City Guide to Edinburgh, Scotland

City Guide to Edinburgh, Scotland

Of Mice and Men, King's Theatre, Review


By Bill Dunlop - Posted on 27 April 2016

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SMALL - Kristian Phillips (Lennie) and William Rodell (George) in Of Mice And Men.jpg
Show Details
Venue: 
King's Theatre
Company: 
Birmingham Repertory Theatre in association with the Touring Consortium Theatre Company
Production: 
John Steinbeck (writer), Roxana Silbert (director), Liz Ashcroft (designer), Simon Bond (lighting designer)
Performers: 
Dave Fishley (Crooks), Nicholas Goode (Whit), Saoirse-Monica Jackson (Curley's Wife), Kristian Phillips (Lennie), William Rodell (George), Jonah Russell (Slim), Ben Stott (Curley), Dudley Sutton (Candy)
Running time: 
180mins

Opening on a bare stage suggestive of prairie onto which George (William Rodell) and Lennie (Kristian Phillips) stumble, this production of ‘Of Mice and Men’ rarely lets us lose a sense of vast spaces in which humans are isolated and from which they easily become alienated.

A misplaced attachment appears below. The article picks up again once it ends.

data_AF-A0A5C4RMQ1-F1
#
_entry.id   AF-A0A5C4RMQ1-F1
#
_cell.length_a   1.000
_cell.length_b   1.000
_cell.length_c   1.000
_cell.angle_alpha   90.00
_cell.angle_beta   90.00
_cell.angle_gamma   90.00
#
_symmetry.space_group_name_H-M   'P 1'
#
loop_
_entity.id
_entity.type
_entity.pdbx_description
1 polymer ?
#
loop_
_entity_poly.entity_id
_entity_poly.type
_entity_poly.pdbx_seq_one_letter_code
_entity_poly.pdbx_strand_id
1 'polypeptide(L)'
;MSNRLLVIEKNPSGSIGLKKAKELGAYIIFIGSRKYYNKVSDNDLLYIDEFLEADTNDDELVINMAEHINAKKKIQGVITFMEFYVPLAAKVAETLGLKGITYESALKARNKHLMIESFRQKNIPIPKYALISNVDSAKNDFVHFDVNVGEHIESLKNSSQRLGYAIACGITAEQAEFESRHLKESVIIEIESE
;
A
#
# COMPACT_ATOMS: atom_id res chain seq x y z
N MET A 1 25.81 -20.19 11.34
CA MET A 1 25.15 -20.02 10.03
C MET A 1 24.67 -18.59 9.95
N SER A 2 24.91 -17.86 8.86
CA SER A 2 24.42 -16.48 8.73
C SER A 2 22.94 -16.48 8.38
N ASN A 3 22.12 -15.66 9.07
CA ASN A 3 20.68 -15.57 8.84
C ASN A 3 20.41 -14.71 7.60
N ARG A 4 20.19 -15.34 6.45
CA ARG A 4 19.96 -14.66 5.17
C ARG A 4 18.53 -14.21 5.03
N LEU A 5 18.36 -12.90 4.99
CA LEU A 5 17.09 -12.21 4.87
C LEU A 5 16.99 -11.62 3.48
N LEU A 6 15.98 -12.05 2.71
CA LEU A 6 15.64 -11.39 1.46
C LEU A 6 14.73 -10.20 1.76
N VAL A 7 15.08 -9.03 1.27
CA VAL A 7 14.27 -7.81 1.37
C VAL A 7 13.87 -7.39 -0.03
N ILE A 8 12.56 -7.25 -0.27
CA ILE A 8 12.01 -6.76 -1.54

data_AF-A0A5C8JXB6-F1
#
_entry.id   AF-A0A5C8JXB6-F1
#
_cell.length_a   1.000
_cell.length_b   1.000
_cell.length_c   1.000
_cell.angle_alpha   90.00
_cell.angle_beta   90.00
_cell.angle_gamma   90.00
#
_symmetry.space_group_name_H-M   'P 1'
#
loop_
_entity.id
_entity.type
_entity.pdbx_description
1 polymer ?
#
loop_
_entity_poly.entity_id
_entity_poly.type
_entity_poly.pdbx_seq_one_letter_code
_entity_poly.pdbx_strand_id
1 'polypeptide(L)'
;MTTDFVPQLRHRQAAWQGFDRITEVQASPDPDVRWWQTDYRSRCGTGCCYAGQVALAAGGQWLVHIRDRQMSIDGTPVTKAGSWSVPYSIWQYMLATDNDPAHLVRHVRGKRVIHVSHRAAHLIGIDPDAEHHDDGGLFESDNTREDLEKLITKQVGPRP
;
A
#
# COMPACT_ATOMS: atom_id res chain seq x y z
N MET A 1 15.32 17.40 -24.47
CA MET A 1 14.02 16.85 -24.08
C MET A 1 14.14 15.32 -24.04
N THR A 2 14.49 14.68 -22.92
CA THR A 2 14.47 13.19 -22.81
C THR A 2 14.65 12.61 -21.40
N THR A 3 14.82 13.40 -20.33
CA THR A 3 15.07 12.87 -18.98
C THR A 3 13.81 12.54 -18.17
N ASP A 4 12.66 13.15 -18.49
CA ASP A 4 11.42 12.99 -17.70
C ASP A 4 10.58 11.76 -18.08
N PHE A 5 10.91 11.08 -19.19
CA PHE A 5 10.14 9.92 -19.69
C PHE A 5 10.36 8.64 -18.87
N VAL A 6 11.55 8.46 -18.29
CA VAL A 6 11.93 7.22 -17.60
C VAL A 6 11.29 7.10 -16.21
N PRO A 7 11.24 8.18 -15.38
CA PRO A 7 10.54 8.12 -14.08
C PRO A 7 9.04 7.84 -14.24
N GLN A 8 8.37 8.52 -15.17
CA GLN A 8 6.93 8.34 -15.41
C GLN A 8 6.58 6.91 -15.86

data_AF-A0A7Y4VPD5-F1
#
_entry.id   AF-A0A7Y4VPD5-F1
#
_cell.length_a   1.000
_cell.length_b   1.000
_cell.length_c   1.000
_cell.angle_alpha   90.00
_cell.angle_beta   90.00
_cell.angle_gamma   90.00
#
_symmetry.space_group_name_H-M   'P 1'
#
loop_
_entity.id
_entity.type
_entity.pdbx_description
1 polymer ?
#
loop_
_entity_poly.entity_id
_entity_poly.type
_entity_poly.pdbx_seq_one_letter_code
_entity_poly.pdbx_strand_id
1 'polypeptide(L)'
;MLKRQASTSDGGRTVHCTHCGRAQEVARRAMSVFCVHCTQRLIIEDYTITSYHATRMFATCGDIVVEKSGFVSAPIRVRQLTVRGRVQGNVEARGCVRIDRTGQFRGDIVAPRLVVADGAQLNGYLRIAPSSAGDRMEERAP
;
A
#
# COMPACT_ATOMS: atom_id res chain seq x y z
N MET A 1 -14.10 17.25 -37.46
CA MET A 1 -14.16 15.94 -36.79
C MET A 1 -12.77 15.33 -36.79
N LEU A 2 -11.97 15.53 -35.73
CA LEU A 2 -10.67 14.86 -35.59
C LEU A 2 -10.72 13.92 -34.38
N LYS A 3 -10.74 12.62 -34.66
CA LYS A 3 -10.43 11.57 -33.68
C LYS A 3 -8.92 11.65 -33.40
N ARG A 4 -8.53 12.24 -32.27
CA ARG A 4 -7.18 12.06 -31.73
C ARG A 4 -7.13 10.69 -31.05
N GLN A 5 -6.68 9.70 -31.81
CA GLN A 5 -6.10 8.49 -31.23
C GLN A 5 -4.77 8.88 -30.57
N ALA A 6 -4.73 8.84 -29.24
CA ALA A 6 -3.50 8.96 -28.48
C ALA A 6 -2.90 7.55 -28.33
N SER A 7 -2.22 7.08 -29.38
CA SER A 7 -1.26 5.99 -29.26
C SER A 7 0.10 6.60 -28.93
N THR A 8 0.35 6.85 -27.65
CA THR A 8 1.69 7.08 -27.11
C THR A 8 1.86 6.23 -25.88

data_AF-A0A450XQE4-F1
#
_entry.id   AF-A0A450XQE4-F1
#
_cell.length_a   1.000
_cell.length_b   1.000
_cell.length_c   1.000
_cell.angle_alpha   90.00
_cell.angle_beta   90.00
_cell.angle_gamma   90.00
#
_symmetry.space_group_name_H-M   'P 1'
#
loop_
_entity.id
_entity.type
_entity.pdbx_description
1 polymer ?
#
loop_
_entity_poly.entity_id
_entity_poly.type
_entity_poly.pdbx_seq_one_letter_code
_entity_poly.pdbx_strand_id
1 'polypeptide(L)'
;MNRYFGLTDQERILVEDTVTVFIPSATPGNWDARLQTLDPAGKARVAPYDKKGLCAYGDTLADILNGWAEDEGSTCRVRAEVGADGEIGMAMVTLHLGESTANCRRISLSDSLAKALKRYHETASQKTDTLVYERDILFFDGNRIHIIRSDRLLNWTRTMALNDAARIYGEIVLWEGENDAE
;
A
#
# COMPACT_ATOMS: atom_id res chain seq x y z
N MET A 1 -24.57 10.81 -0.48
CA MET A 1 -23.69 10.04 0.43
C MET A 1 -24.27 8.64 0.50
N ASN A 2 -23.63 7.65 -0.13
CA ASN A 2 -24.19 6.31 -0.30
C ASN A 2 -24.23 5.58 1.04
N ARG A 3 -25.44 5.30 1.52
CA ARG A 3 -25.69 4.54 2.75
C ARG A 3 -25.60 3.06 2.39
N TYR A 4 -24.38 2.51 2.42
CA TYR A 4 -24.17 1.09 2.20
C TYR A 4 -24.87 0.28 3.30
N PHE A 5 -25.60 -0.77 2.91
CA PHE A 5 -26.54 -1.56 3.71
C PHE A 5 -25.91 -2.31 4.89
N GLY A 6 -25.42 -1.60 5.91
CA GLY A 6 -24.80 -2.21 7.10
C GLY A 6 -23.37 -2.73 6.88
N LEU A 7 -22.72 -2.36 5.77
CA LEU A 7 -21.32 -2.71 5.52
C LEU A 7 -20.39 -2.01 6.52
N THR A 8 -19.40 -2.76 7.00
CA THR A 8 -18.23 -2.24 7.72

John Steinbeck’s own adaptation of his novella maintains its qualities as an elegy for what is represented by George and Lennie’s dream of what the United States’ founding fathers called ‘a modest competence’ of land and self-sufficiency and a howl of protest against the dehumanisation of the powerless.

A strong cast bear up the burden of the action and deftly move it on, although at times communicating the eloquence of inarticulacy almost defeats them.

When alone in each other’s company George and Lennie function as an ill-matched team, but confined on a ranch where they have sought work, the shallow pride of Curly (Ben Stott) and the casual provocation of his wife (Saoirse-Monica Jackson) bring about Lennie’s fate.

Dudley Sutton’s Candy, dreaming out the end of his days, and Dave Fishley’s Crooks, who can see into the future all too clearly offer a different form of chorus to this particular tragedy.

This is a production that works well, and on a variety of levels, with a fine ensemble cast and some impressive achievements in both setting and lighting, yet for this reviewer ultimately failed to satisfy. This personal reflection should not be taken as discouraging audiences, who will undoubtedly find much satisfaction in this fine revival of what deserves to be a part of the classic repertoire.

Til 30 April

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